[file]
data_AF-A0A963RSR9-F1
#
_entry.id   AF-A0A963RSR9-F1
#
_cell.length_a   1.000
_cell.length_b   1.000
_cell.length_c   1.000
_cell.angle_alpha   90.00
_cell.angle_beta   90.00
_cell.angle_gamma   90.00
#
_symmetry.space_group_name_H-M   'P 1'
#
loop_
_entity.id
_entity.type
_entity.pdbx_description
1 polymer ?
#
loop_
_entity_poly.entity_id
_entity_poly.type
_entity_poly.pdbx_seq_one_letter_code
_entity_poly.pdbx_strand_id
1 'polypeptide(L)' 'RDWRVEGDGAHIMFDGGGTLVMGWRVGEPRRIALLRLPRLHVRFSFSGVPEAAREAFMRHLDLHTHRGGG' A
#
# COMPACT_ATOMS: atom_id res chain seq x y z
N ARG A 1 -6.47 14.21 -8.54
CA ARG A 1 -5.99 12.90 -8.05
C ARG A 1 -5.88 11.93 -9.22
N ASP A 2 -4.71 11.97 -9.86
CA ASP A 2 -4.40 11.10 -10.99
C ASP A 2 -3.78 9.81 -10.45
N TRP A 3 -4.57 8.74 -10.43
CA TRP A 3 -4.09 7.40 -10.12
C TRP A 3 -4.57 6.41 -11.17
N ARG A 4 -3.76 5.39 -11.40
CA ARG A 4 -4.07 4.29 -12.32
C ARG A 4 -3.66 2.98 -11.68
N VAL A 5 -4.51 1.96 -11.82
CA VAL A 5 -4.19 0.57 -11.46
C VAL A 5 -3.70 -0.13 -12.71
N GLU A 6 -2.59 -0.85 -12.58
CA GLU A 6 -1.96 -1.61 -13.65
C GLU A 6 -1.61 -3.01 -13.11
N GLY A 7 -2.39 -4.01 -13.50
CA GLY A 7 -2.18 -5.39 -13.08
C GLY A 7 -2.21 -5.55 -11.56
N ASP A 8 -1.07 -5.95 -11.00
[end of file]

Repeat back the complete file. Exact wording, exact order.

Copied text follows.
data_AF-A0A963RSR9-F1
#
_entry.id   AF-A0A963RSR9-F1
#
_cell.length_a   1.000
_cell.length_b   1.000
_cell.length_c   1.000
_cell.angle_alpha   90.00
_cell.angle_beta   90.00
_cell.angle_gamma   90.00
#
_symmetry.space_group_name_H-M   'P 1'
#
loop_
_entity.id
_entity.type
_entity.pdbx_description
1 polymer ?
#
loop_
_entity_poly.entity_id
_entity_poly.type
_entity_poly.pdbx_seq_one_letter_code
_entity_poly.pdbx_strand_id
1 'polypeptide(L)' 'RDWRVEGDGAHIMFDGGGTLVMGWRVGEPRRIALLRLPRLHVRFSFSGVPEAAREAFMRHLDLHTHRGGG' A
#
# COMPACT_ATOMS: atom_id res chain seq x y z
N ARG A 1 -6.47 14.21 -8.54
CA ARG A 1 -5.99 12.90 -8.05
C ARG A 1 -5.88 11.93 -9.22
N ASP A 2 -4.71 11.97 -9.86
CA ASP A 2 -4.40 11.10 -10.99
C ASP A 2 -3.78 9.81 -10.45
N TRP A 3 -4.57 8.74 -10.43
CA TRP A 3 -4.09 7.40 -10.12
C TRP A 3 -4.57 6.41 -11.17
N ARG A 4 -3.76 5.39 -11.40
CA ARG A 4 -4.07 4.29 -12.32
C ARG A 4 -3.66 2.98 -11.68
N VAL A 5 -4.51 1.96 -11.82
CA VAL A 5 -4.19 0.57 -11.46
C VAL A 5 -3.70 -0.13 -12.71
N GLU A 6 -2.59 -0.85 -12.58
CA GLU A 6 -1.96 -1.61 -13.65
C GLU A 6 -1.61 -3.01 -13.11
N GLY A 7 -2.39 -4.01 -13.50
CA GLY A 7 -2.18 -5.39 -13.08
C GLY A 7 -2.21 -5.55 -11.56
N ASP A 8 -1.07 -5.95 -11.00